(6)A motion must include the name and surname of a judge against whom a motion is directed, the description of the act for which a commencement of disciplinary proceedings is made, identification of evidence a motion is based on; if it concerns an offence, a motion must further include identification of the relevant provision of the law the elements of which the act complies with, and the evidence testifying about the commitment of the offence.
(7)A motion for commencement of disciplinary proceedings may be withdrawn before a Disciplinary Senate or a Disciplinary Senate of Appeal retires for a final consultation. In this case, it is not possible do make a new motion.

§121
Decision on Prejudice Objection

(1) If circumstances occur that may constitute a reason for prejudice of the President of a Disciplinary Senate or of its members, the person whom it concerns may protest against their prejudice.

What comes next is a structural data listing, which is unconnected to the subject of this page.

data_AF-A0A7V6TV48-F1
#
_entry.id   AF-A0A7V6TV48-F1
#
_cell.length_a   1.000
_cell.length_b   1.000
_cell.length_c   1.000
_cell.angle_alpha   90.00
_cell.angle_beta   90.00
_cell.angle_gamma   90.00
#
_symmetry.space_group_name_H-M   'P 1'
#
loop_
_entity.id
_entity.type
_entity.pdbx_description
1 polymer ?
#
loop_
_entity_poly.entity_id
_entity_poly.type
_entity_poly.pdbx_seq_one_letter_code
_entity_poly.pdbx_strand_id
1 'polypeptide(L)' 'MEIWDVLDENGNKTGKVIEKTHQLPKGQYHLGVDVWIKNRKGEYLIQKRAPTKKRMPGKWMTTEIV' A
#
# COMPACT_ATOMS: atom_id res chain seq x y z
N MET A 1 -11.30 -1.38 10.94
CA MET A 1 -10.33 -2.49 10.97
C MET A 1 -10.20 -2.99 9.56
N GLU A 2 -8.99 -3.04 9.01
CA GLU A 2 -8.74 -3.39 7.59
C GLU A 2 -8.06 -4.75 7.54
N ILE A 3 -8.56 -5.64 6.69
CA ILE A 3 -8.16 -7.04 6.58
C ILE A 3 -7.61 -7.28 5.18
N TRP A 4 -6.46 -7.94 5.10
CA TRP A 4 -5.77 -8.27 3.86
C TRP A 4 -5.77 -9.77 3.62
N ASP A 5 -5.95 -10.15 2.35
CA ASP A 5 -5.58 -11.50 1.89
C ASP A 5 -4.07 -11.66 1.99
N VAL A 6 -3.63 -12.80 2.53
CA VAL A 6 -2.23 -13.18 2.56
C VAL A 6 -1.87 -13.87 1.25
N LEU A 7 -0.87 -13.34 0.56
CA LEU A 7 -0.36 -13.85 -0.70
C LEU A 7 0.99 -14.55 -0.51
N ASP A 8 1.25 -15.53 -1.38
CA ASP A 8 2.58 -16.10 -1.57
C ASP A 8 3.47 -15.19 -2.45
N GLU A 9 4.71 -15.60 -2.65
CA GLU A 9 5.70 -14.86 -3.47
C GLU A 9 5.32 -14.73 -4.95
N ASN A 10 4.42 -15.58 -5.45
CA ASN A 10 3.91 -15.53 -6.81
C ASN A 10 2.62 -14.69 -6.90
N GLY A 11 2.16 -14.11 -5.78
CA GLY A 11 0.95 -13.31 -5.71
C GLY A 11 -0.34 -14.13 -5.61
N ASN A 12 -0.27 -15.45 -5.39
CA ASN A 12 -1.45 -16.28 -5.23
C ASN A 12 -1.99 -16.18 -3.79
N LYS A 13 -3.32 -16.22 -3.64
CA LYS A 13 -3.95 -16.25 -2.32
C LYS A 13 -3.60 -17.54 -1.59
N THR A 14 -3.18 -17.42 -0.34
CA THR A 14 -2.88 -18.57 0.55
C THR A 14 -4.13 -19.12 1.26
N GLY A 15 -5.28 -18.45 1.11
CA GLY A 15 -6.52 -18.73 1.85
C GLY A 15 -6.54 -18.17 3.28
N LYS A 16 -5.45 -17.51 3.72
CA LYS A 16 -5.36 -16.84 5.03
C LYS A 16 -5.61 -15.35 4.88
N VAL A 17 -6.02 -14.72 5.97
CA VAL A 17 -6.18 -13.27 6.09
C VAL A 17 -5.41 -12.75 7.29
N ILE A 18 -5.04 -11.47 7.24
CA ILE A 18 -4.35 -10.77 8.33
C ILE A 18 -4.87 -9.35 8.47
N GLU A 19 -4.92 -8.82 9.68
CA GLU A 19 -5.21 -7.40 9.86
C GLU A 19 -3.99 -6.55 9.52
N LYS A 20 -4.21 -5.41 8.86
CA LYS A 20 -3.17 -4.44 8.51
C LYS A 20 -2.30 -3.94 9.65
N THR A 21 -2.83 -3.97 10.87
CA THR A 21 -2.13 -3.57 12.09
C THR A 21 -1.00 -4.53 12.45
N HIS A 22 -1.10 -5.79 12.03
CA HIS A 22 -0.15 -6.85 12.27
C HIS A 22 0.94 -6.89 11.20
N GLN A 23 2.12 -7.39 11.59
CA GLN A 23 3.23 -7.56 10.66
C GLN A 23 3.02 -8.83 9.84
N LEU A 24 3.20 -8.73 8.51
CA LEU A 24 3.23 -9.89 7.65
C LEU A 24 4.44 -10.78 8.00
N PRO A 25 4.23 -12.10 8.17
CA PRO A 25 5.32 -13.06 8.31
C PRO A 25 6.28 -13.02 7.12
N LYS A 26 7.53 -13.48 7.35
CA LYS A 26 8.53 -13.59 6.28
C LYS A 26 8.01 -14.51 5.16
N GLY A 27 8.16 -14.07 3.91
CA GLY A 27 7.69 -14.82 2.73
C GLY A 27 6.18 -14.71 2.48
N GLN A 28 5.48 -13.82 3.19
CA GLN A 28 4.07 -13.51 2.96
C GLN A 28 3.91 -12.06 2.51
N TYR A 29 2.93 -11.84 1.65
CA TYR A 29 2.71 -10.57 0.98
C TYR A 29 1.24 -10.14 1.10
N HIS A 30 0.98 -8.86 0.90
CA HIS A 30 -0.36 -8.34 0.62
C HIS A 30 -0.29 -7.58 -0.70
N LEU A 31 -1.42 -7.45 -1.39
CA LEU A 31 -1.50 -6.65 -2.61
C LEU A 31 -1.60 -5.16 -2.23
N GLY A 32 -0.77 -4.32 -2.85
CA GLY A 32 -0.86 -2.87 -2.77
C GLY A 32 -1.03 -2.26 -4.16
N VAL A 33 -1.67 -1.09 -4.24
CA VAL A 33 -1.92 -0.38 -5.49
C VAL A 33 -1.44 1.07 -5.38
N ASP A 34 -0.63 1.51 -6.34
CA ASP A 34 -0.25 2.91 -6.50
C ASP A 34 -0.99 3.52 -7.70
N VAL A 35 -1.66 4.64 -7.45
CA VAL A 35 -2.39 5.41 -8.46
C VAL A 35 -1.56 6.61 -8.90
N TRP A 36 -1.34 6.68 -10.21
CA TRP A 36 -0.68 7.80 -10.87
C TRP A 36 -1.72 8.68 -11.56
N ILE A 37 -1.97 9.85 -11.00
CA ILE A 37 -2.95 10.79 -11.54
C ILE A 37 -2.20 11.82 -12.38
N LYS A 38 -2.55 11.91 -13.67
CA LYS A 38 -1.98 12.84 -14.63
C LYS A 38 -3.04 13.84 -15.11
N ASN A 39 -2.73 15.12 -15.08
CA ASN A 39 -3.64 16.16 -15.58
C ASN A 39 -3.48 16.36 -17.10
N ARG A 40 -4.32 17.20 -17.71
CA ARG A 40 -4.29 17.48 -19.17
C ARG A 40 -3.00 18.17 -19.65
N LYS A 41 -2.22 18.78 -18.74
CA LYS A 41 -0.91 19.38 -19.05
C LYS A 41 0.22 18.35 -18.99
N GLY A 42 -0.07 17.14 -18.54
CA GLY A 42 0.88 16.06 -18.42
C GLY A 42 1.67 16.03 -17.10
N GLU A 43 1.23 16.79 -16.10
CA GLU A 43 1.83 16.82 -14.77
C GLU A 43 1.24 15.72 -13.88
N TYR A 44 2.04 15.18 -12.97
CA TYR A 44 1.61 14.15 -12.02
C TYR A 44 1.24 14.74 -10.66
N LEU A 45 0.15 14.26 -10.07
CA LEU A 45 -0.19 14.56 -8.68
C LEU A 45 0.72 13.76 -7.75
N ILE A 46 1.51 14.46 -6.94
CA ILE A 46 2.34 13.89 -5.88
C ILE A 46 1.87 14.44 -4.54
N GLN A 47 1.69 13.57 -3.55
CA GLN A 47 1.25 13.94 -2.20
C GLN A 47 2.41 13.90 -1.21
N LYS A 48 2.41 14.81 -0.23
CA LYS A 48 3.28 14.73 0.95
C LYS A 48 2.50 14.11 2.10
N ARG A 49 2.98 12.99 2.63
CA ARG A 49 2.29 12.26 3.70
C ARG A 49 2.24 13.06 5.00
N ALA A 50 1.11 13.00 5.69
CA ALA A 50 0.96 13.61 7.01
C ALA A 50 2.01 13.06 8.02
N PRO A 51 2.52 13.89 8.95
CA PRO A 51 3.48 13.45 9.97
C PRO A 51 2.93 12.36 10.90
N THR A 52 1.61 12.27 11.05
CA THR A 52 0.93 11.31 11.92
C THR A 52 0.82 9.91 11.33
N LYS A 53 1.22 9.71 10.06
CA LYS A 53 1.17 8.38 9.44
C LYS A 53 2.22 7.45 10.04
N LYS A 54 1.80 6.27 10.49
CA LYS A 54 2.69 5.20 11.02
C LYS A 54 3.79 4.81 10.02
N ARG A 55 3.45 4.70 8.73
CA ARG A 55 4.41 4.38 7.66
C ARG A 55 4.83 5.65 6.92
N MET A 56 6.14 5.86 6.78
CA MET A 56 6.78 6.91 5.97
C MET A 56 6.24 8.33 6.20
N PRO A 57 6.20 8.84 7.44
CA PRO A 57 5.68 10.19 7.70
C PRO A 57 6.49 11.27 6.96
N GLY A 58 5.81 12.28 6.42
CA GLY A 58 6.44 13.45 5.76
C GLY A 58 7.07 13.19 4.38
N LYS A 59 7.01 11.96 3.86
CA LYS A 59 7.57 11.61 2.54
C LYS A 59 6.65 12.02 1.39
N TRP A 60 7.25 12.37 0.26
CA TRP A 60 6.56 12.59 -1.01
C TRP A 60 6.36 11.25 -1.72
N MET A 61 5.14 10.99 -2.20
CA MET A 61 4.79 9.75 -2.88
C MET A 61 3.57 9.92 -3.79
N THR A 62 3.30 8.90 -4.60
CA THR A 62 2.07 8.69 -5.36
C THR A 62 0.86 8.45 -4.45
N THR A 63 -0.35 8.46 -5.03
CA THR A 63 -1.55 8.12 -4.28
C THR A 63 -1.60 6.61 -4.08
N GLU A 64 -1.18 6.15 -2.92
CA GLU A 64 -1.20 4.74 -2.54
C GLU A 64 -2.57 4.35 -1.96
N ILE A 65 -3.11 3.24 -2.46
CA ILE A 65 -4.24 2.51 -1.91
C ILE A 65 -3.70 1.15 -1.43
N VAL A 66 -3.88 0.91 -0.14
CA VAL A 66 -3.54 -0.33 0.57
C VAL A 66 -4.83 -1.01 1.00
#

(2) Another Disciplinary Senate of the same degree shall decide on prejudice. If it is not possible to strike a Disciplinary Senate because of a protest against all members of the first degree Disciplinary Senates, then the second degree Disciplinary Court shall decide on it.
(3) If the number of prejudicial judges is such that it is impossible to strike a Disciplinary Senate then the Council of Judges of the Slovak Republic shall decide on its possible election and composition.

§ 122
Notification about Commencement of Disciplinary Proceedings

A President of a Disciplinary Senate shall notify, on the commencement of disciplinary proceedings, the judge against whom disciplinary proceedings are held by personal delivery of a motion for commencement of disciplinary proceedings, and he/she shall instruct him/her about his/her right to choose his/her defender from among advocates or judges, to present his/her case concerning the facts he/she is accused of, and to present the evidence for his/her defence.